Emil Nolde:
Set of 4 champagne glasses "Summer Flowers"
Emil Nolde:
Set of 4 champagne glasses "Summer Flowers"

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ars mundi Exclusive Edition | signature | glass | height 23 cm each | capacity 0.21l each | hand wash recommended | only as a set

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Product no. IN-944674

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Set of 4 champagne glasses "Summer Flowers"
Emil Nolde: Set of 4 champagne glasses "Summer Flowers"

Detailed description

Set of 4 champagne glasses "Summer Flowers"

Exclusively at ars mundi: Emil Nolde's floral beauty on glass.

Working with bright, vivid colours characterized Emil Nolde's (1867-1956) works on canvas, but even more so, his famous watercolours. He is regarded as a "magician" who intuitively understood how to infuse his subjects with an expressive colour dramaturgy of great emotional impact.
The artist and his wife Ada created gardens wherever they settled, and so they transformed the grassy land around their Seebüll home into a blooming paradise. "The colours of the flowers attracted me irresistibly... the purity of these colours, I loved them," the Nolde Foundation Seebüll quotes him, which ensures that irises, delphiniums, Turkish poppies, cranesbills, lupins and much more bloom here from April to October.

Champagne glass set "Summer Flowers":
Enjoy your sparkling champagne in a stylish manner with the motif cut-outs from Emil Nolde's watercolours "Irises and Three Poppies (Yellow, Purple, Red)" and "Poppies," which have been transferred to an exclusive champagne collection made of high-quality brand glass. Signature on the base. Height 23 cm each, volume 0.21 l each. Handwashing recommended. Only available as a set. Published in collaboration with the Nolde Stiftung Seebüll. ars mundi Exclusive Edition. © 2023 Nolde Foundation Seebüll.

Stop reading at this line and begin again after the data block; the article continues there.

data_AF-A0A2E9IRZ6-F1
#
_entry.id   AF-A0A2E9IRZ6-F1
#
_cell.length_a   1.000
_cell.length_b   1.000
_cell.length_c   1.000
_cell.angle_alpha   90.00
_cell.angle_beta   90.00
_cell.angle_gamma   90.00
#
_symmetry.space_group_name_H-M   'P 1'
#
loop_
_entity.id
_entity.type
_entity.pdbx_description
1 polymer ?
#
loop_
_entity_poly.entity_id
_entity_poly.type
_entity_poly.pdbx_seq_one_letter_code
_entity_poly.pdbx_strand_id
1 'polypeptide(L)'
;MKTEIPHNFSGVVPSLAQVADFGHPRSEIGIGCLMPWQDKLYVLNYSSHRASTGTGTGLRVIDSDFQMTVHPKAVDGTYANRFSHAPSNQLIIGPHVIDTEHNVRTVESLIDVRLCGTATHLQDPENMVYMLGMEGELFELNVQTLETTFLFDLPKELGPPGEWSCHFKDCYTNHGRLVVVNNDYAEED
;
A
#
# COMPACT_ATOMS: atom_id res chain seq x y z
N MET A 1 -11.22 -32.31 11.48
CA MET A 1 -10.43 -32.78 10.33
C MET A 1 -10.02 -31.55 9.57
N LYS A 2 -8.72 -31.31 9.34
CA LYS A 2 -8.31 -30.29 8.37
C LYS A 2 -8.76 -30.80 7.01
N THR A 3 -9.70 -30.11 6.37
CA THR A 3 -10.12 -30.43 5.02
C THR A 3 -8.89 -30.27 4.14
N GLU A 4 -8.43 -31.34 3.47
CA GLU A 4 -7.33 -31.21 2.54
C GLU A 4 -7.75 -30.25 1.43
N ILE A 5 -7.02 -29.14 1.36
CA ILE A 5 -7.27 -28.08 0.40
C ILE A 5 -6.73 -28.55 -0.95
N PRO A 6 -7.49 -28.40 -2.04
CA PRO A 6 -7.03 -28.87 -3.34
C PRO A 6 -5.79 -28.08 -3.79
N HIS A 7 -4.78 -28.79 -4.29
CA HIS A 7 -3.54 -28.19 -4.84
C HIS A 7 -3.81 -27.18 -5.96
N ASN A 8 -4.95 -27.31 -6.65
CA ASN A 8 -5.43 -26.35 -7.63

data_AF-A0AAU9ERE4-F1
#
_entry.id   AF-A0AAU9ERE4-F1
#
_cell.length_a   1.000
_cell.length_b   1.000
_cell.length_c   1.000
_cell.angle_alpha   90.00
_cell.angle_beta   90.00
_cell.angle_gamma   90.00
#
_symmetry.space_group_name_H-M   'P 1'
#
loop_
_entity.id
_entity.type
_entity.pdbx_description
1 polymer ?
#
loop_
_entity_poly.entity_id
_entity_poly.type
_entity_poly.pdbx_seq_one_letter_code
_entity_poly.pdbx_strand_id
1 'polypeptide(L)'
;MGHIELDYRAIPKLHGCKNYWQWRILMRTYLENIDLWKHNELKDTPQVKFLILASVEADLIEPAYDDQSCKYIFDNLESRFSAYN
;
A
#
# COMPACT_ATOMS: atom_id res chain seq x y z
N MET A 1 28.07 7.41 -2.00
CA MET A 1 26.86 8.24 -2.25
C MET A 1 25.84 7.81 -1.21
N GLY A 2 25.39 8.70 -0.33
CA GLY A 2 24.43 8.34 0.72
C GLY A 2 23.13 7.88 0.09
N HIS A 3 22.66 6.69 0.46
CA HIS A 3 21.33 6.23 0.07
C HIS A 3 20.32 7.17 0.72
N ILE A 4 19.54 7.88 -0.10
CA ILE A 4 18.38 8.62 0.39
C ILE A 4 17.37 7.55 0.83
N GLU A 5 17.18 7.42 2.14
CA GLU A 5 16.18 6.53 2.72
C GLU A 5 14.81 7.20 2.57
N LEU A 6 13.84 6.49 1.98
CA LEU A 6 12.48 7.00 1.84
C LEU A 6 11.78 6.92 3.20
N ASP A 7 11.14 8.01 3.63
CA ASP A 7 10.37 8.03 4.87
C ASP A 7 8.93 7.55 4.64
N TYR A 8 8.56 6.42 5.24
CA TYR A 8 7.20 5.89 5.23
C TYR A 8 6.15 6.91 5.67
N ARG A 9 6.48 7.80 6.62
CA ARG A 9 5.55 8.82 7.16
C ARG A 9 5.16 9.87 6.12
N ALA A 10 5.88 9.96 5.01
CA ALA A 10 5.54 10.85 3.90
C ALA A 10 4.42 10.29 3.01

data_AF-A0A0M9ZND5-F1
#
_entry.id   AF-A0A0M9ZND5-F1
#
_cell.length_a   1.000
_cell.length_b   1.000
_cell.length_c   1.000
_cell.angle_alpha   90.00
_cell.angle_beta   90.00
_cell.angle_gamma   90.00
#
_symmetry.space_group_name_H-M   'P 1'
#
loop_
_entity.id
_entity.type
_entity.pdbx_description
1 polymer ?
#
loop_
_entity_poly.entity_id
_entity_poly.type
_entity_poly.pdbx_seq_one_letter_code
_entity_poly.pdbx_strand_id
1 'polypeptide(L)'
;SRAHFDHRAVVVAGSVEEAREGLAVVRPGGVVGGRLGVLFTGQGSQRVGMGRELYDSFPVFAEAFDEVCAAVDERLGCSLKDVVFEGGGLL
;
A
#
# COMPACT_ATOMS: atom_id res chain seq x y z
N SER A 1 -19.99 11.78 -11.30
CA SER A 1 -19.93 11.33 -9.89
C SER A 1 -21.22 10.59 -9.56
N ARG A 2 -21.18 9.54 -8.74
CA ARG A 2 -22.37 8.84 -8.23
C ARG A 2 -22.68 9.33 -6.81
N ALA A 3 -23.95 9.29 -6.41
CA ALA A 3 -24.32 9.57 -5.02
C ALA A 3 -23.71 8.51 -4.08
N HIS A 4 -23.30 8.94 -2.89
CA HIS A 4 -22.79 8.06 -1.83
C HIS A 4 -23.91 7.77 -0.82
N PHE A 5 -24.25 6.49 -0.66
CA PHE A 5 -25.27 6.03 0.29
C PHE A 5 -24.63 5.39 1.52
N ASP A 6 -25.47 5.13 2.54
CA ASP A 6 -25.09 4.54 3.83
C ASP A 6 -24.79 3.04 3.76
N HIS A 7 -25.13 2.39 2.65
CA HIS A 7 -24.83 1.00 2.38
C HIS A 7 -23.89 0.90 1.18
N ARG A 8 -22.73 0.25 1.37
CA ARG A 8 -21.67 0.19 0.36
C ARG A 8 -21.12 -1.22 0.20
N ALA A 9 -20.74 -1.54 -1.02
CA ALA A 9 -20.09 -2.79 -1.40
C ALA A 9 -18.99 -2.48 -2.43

Portrait of the artist Emil Nolde

About Emil Nolde

1867-1956 - German Expressionist

Emil Nolde was born as Hans Emil Hansen and named himself after his birthplace in 1902. Nolde is considered one of the most important German Expressionists. When he was rejected by the Munich Academy of Fine Arts, he moved to Paris to study at the Académie Julien. Starting in 1905 he lived and worked on the Danish island of Alsen and in Berlin and was a member of the revolutionary expressionist group "Die Brücke" (The Bridge) for a short time and of the Berlin Secession.

Shortly after Nolde left the artists' association "Die Brücke" at the end of 1907, he met the Norwegian painter Edvard Munch in Berlin, whose work impressed him greatly. During the visit of his friend Hans Fehr in 1908, he began to discover the technique of watercolour painting and finally how to realise it with virtuosity.

Today, Nolde's oeuvre includes numerous watercolour works, oil paintings, graphic works and several sculptures. His intensive use of colour is characteristic. Although the artist always remained figurative in his motifs (e.g. landscapes, flowers, city scenes, religious motifs), he "composed" his pictures entirely from colour. When Nolde moved into his brick house "Seebüll" in Neukirchen in northern Germany in 1927, he surrounded it with a large garden that offered him motifs in abundance.

Research had long noted that Nolde's position on National Socialism was problematic. His exclusion from the Reich Chamber of Fine Arts was associated with a ban on exhibitions, sales and publications. Nolde repeatedly sought rehabilitation and recognition as a state artist. However, he was denied this right up until the end. His painting was simply not formally compatible with the ideas of the Nazis.

At the opening of the infamous exhibition "Degenerate Art", 48 of his works were shown, and more than 1000 works were confiscated. However, due to his contacts, Nolde was able to retrieve a large part of these works.

Despite his active adherence to the system, he was banned from working from 1941 on. However, his ban didn't include a general ban on painting, as was often reported later. During the war, he produced more than 1000 of the so-called "unpainted pictures" in the privacy of his home. The term originally referred to the function of these small-format watercolours as studies and preliminary sketches that were not turned into large paintings. After 1945, these undoubtedly artistically charming pieces and their naming contributed to the mystification of Nolde as a persecuted artist.

Despite the contradictory ideological positions of Nolde as a person, the artistic value of his work remains undisputed to this day. The way Nolde manages to let the colour of an oil painting or aquarelle glow from within is unrivalled.

Works by Emil Nolde can be found in the collections of high-ranking museums worldwide, including the Art Institute in Chicago, the Hermitage Museum in St. Petersburg, the Museum of Modern Art in New York City, the Brücke Museum in Berlin, the Albertina in Vienna and the Kunstmuseum in Basel, etc. Moreover, foundations have been established in his honour in Seebüll and Berlin.